If you have any problems related to the accessibility of any content (or if you want to request that a specific publication be accessible), please contact email@example.com.
Resilient Earthquake-Resistant Bridges Designed for Disassembly
AuthorVarela Fontecha, Sebastian
AdvisorSaiidi, Mehdi S.
Civil and Environmental Engineering
AltmetricsView Usage Statistics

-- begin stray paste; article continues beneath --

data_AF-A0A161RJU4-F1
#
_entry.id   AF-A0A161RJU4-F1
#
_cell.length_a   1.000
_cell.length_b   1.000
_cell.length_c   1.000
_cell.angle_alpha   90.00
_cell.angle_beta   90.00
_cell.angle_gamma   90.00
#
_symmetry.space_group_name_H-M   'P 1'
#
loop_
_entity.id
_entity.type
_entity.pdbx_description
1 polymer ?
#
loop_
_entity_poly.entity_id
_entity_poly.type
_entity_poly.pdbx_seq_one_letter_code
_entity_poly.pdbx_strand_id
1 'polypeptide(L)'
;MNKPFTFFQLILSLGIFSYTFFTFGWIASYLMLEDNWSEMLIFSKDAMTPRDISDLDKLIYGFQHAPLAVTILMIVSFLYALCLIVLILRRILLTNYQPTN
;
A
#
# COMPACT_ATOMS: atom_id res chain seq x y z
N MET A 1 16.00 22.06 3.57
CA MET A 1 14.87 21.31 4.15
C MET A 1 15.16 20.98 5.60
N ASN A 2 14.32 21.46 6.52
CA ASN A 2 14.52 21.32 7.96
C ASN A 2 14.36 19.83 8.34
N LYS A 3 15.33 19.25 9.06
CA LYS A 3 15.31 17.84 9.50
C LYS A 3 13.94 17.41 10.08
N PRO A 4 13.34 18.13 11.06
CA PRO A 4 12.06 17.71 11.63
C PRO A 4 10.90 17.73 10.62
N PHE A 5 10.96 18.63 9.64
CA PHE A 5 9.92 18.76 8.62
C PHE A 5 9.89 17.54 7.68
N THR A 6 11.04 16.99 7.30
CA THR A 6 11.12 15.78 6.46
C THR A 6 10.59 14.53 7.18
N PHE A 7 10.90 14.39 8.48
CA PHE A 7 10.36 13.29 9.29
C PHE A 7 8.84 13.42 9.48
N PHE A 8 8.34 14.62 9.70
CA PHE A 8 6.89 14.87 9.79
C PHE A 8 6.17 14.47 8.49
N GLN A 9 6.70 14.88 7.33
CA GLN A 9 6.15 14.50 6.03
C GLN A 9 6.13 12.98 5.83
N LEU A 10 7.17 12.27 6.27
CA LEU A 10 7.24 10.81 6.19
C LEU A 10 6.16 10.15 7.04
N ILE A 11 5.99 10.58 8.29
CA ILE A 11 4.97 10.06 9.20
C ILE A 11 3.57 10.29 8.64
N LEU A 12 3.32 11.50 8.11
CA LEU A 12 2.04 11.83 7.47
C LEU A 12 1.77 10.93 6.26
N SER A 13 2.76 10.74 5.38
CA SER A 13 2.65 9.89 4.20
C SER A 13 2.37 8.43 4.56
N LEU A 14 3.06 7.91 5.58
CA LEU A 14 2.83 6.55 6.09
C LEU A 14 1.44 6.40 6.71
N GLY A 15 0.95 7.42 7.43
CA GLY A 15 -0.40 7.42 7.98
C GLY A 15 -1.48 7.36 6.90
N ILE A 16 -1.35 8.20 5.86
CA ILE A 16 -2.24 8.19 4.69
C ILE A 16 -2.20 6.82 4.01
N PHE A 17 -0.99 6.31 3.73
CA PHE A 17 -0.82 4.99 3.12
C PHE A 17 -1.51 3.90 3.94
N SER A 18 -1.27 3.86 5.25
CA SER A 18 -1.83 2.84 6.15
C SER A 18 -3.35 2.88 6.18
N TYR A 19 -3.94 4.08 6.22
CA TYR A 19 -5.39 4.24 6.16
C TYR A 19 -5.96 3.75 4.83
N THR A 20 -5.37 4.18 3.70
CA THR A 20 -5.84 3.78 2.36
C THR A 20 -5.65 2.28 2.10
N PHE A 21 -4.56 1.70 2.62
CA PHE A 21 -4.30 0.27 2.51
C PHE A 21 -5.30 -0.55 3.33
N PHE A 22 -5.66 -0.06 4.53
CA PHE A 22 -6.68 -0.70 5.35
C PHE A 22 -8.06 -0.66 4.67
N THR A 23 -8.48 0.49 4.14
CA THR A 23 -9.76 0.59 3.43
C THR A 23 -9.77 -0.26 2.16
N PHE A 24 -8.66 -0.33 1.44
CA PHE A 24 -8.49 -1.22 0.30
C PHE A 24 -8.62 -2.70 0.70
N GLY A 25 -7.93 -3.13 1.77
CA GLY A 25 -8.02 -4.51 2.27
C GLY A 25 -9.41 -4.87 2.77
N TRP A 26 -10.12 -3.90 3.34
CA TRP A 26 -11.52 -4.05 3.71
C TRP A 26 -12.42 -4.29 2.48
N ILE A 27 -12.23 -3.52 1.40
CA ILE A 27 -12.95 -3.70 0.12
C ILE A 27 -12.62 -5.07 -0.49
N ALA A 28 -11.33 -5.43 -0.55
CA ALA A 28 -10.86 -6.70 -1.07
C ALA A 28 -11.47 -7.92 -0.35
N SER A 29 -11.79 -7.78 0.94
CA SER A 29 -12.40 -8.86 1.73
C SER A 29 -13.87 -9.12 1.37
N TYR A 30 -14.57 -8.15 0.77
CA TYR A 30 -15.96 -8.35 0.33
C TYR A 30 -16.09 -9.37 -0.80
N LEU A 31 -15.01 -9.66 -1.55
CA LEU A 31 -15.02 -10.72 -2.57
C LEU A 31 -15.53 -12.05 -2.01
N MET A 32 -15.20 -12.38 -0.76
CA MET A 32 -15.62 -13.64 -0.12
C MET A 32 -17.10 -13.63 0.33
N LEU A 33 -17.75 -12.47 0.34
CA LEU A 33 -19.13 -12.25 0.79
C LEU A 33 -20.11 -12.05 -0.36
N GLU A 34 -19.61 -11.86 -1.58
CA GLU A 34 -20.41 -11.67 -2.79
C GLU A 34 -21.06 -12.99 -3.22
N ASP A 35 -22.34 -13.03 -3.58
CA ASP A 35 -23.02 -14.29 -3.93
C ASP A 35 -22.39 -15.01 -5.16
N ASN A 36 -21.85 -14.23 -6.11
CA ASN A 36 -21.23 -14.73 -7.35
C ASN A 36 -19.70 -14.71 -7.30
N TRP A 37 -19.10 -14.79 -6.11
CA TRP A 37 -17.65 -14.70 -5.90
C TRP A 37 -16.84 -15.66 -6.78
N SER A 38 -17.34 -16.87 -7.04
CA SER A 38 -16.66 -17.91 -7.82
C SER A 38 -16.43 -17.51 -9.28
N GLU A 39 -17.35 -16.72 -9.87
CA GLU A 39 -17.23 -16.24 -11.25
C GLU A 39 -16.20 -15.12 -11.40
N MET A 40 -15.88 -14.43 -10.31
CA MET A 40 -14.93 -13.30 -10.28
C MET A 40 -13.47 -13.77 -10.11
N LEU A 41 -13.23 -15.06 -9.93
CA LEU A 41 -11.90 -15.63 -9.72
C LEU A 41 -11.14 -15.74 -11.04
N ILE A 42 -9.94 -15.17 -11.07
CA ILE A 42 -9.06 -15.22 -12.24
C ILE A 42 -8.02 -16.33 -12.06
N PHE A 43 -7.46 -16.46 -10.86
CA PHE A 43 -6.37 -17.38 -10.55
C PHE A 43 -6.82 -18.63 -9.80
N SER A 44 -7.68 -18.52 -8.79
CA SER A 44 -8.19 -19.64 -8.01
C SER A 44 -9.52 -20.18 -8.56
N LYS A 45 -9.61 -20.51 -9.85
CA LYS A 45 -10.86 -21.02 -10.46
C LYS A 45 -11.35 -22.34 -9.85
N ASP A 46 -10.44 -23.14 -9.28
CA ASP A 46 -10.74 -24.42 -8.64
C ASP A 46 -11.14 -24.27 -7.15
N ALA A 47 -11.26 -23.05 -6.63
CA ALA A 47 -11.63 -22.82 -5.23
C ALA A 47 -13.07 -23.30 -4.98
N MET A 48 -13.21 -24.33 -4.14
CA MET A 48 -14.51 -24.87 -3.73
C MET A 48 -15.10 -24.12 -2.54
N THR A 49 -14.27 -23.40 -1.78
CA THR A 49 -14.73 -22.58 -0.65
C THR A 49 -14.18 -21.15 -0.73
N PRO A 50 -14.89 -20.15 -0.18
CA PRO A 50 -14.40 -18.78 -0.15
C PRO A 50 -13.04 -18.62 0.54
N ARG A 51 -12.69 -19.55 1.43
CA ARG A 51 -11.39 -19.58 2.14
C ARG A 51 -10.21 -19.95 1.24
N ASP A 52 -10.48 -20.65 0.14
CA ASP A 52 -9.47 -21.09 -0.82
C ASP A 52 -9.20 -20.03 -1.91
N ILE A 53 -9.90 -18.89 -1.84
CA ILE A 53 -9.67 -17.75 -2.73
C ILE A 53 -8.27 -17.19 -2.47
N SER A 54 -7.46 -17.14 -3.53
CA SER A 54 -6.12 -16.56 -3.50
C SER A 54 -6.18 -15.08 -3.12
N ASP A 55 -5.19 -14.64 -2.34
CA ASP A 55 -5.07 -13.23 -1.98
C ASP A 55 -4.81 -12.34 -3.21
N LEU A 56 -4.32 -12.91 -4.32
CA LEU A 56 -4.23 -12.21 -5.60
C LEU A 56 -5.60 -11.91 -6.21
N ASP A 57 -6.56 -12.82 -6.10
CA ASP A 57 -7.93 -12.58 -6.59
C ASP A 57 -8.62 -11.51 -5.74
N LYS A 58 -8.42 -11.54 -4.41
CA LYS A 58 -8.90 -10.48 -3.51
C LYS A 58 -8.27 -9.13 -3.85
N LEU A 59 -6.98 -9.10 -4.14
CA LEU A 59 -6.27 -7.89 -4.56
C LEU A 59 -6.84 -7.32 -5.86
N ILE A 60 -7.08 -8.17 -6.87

Ordinary reinforced concrete (RC) highway bridges complying with current seismic design provisions are expected to be severely damaged during a strong earthquake. Previous earthquakes have shown that closing a bridge for repair or having to replace the bridge because of extensive damage and permanent tilting of the structure can be very costly and detrimental to the transportation in major urban areas.When RC bridges reach their useful life, only a small portion of the concrete and steel debris from demolition is recycled, while the rest goes to landfills. This is not the ideal end-of-life for construction materials because their extraction and manufacturing emits greenhouse gases, consumes energy, and depletes natural resources, all of which are negatively affecting the environment.In an attempt to link seismic resistance and resiliency with sustainability in bridge engineering, a new generation of earthquake-resistant and resilient highway bridges designed for disassembly (DfD) was developed in this study for the first time. The global objective of developing these bridges is to (1) minimize the economic impact of losing bridge functionality after strong earthquakes, and (2) reduce the environmental impact of producing new construction materials.The new bridge concept first involved the development and shake-table testing of three 1/4-scale deconstructible column models under simulated strong near-fault motions from the 1994, Northridge, California earthquake. The models were then disassembled and inspected, and subsequently reassembled and retested. Three replaceable plastic hinge elements and connections were developed incorporating advanced materials such as engineered cementitious composite (ECC), shimmed flexural rubber bearings, Nickel-Titanium (NiTi) and Copper-Aluminum-Manganese (CAM) superelastic shape memory alloy (SMA) bars, and prefabricated fiber-reinforced polymer (FRP) tubes were integrated in the column models. An additional cast-in-place column combining ECC and CAM SMA was designed and tested to develop an insight into the behavior of large-scale CAM-reinforced members under seismic loading before this type of SMA was adopted in the replaceable plastic hinge elements. The tests confirmed the feasibility of DfD columns. The experimental investigation was then complemented by analytical studies in OpenSees, in which analytical models were developed to replicate the measured response of the column models.To determine the feasibility of the columns within a bridge system, a 1/4-scale, three-bent, two-span bridge model was designed, constructed and tested under simulated near-fault earthquakes on three shake-tables. Upon successful performance of the original bridge, the bridge model was disassembled, all the components were inspected, and the bridge was subsequently reassembled and retested. Extensive evaluations of the behavior of the columns, connections, plastic hinges, as well as the entire system were made during the experimental investigation. The performance of the reassembled bridge demonstrated the feasibility of the proposed elements in a bridge system. Analytical studies using OpenSees were also conducted to develop a baseline for future studies.